Question - What causes a starter not to engage?

Answered by: Deborah Griffin  |  Category: General  |  Last Updated: 19-06-2022  |  Views: 1066  |  Total Questions: 12

Faulty Starter motor A faulty motor will prevent your starter from engaging. Start by checking the mounting bolts for any loose wires. The grinding noise you hear with the starter is due to a clash between the flywheel and the ring gear. With time these gears get worn out and cause starter, not engaging problems. If you can hear the starter spinning - and you're sure it's the starter - but the engine isn't turning over, then the starter solenoid isn't working correctly. The solenoid pushes a little gadget that engages with the flywheel / flex plate, so that when the starter spins, it turns the motor. The likely reason for this type of failure is due to a sticking key switch or relay, resulting in a permanent electrical feed to the starter motor's solenoid connection. Again, this is misdiagnosed as a starter motor failure. The most common misdiagnosis for this is a faulty starter motor. CAUSES OF FAULTY STARTERS: CAUSE OF FAILURE Electrical connections faulty. Solenoid switch (engaging relay) stiff or faulty. Electric motor damaged electrically. Single-pinion gear, starter pinion or freewheel damaged. To make an engine start it must be turned at some speed, so that it sucks fuel and air into the cylinders, and compresses it. The powerful electric starter motor does the turning. Its shaft carries a small pinion ( gear wheel) which engages with a large gear ring around the rim of the engine flywheel.

It works because the brushes in the starter are worn to the point where they are having trouble contacting the commutator bars of the armature. Works best when power is being applied. All that said, fair warning: hitting it too hard can damage the perminant magnets in the motor.

By jumping your starter solenoid, you are turning the screwdriver or other metal implement into a manual switch. Plus, if you don't get the screwdriver off of the contacts soon enough, you can burn out the starter motor. This is a dangerous procedure, so don't do it unless you absolutely have to start the vehicle.

Have a friend turn the key in the ignition to attempt to start the vehicle. Listen carefully, as you should hear a click when the starter solenoid engages. If you do not hear a click, the starter solenoid is likely not functioning properly. If you do hear clicking, the solenoid may be engaging, but not sufficiently.

Vehicle does not start. The most obvious warning sign that a problem with the starter relay exists is when the vehicle won't start when you engage the ignition process. Starter stays on after engine started. Intermittent issues starting the vehicle. Clicking sound coming from the starter.

Symptoms of a Bad or Failing Starter The engine won't turn over and vehicle won't start. Starter engages but doesn't spin the motor. Sporadic starting issues. Grinding noise when trying to start the motor. Interior lights dim when starting the car. Smell or see smoke when starting the motor.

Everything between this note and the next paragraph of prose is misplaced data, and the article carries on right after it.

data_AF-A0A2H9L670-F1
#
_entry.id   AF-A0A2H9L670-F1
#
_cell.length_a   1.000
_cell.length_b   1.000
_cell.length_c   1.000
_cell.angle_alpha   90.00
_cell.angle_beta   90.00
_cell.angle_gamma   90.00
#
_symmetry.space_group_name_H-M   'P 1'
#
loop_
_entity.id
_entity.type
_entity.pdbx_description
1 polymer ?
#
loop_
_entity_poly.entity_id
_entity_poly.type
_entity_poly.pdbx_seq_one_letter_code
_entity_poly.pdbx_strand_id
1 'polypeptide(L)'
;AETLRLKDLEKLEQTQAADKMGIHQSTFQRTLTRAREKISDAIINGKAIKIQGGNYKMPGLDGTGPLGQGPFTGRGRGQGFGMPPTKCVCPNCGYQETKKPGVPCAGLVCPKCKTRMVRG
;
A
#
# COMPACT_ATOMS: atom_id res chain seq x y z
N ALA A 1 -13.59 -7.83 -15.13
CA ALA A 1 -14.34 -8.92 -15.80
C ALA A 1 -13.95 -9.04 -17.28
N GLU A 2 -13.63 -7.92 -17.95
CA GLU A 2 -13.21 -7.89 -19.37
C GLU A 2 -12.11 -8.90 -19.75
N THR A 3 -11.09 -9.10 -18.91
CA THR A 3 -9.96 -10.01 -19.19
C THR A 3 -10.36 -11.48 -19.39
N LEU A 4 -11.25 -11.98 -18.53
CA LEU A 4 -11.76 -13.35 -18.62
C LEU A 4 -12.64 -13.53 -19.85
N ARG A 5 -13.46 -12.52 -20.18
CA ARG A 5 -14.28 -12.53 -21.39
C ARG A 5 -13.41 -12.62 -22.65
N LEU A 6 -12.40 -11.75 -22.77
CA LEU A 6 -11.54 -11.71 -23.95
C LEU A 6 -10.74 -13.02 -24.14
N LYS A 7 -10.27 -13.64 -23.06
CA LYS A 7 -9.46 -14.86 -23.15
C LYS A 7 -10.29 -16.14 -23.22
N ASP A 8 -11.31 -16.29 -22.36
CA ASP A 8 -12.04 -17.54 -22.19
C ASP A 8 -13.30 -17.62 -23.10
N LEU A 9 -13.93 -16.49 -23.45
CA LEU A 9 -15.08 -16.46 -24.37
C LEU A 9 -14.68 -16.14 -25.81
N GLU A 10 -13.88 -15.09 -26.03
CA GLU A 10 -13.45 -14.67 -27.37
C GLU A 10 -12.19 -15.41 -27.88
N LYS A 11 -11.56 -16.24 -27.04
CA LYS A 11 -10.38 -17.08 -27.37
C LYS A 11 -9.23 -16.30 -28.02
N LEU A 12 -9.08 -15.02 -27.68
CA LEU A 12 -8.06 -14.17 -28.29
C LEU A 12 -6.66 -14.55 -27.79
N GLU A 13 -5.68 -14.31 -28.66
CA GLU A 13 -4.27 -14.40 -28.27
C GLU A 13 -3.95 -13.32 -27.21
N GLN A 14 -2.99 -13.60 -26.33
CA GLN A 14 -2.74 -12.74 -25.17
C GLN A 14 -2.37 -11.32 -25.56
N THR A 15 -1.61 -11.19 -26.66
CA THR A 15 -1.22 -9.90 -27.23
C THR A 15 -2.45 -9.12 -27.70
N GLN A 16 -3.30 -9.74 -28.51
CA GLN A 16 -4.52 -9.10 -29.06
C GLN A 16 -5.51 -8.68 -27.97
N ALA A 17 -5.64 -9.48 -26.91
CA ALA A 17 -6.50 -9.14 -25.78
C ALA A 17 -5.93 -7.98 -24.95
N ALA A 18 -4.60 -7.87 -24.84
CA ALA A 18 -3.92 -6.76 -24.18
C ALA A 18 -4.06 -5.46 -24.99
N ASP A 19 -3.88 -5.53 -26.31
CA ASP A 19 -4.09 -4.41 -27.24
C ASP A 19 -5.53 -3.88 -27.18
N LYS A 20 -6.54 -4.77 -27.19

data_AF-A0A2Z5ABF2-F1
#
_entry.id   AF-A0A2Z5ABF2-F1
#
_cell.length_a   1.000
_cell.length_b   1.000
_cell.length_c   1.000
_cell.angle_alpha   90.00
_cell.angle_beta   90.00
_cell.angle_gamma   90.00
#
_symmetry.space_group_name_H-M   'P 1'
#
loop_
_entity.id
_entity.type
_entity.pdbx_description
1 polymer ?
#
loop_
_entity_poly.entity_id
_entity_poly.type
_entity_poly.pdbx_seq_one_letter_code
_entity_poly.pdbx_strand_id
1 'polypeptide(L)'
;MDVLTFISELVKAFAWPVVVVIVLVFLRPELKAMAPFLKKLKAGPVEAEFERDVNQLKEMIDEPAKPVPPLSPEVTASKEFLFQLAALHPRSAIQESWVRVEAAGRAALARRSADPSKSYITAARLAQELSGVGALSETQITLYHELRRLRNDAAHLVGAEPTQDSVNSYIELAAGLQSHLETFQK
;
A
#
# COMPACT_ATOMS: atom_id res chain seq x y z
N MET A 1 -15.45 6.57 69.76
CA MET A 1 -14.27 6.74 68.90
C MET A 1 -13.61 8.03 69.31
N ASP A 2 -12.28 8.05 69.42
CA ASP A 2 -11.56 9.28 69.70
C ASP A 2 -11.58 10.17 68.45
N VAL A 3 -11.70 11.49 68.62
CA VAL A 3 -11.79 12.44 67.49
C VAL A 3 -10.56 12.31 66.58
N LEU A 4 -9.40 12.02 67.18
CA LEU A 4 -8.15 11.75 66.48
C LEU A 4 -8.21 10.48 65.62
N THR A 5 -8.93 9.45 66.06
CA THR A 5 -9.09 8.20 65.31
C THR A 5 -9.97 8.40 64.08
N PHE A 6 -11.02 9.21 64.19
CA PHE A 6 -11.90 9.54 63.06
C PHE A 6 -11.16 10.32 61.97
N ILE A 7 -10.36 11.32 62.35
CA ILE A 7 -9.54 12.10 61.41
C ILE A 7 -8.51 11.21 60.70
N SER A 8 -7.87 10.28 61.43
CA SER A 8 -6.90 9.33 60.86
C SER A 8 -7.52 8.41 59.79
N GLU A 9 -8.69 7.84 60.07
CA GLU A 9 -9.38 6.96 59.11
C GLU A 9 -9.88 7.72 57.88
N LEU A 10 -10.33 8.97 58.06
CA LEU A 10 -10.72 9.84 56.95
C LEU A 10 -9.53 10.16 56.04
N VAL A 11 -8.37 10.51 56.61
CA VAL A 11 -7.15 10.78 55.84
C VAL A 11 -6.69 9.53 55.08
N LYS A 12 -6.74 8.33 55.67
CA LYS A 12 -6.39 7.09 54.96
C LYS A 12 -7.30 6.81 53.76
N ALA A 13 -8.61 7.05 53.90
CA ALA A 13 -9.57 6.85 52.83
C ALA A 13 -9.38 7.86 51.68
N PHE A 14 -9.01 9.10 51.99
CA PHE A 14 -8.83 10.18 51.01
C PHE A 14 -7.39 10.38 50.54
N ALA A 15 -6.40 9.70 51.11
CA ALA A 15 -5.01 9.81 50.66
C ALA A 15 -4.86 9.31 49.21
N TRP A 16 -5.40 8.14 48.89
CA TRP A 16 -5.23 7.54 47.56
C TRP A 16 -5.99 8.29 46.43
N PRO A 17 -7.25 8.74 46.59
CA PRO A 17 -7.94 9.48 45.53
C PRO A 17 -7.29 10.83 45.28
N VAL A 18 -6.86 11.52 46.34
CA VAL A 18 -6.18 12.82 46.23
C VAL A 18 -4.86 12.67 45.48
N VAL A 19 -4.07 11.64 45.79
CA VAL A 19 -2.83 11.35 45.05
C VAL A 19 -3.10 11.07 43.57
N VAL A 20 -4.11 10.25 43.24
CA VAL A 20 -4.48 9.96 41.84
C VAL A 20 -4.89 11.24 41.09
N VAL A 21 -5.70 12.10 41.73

How to Bypass the Starter Solenoid Locate the starter motor under the vehicle. Locate the two metal contacts on the back of the starter solenoid. Place the metal blade of an insulated screwdriver across both metal contacts. Get a friend to help you by turning on the ignition with the key. Listen to the starter motor.

Replacing the Bendix on a pre-engaged starter motor Use a pulling tool to remove the thrust collar. Tap this type of collar down with a piece of piping used as a drift. Remove the jump ring with a screwdriver. A purpose-made Bendix spring compressor can be used to free the circlip.

When the solenoid goes bad, something happens so there is inadequate or no current to the starter when you turn the key. The power contacts may burn or corrode, adding enough resistance to the circuit so that the starter doesn't engage properly, or doesn't turn the engine over.

Whirring, grinding, and high-pitched noises are the usual sounds of a bad starter. Since the symptoms of a bad starter can often be mistaken for a battery or alternator problem, make sure that your battery is in tip-top shape before ruling out a starter problem.

Five Starter Warning Signs: Grinding noise. When the starter drive gear is worn out or not engaging properly, they will often produce a grinding noise that is similar to the one that is heard if you start your engine and then accidentally hit the starter again. Freewheeling. Smoke. Oil soak. Malfunctioning solenoid.

The first indication your starter may be going bad is at the moment you try to start your car. If you turn the key and simply hear a clicking sound, or nothing at all, then it may be the starter.

If Your Starter Clicks, the Usual Causes Are: Loose, damaged, or corroded battery cables. A faulty starter solenoid or relay. A bad starter motor. Too much ground resistance.